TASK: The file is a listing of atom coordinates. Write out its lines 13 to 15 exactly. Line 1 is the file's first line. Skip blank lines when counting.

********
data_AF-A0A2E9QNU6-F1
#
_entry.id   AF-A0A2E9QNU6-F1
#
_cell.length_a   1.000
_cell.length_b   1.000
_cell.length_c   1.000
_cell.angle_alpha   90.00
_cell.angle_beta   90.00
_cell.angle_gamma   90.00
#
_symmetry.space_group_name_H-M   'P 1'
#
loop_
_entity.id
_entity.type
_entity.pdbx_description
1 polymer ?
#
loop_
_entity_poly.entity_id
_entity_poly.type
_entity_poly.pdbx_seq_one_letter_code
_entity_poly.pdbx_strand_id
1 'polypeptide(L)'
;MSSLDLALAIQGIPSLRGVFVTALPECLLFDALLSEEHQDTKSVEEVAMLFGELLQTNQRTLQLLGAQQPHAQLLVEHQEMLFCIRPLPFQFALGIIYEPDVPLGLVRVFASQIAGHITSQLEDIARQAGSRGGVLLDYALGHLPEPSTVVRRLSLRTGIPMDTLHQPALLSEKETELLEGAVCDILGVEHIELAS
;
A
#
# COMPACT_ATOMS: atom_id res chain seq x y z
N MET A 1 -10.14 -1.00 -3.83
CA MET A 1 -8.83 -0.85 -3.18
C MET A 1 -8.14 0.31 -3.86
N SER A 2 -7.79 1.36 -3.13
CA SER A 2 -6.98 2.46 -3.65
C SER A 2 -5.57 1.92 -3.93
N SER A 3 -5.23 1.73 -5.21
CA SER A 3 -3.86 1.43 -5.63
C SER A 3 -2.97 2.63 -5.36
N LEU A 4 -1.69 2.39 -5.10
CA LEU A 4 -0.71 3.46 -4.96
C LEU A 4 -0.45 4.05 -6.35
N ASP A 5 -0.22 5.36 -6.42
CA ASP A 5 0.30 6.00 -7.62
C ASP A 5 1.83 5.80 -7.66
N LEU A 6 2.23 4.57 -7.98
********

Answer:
#
loop_
_entity.id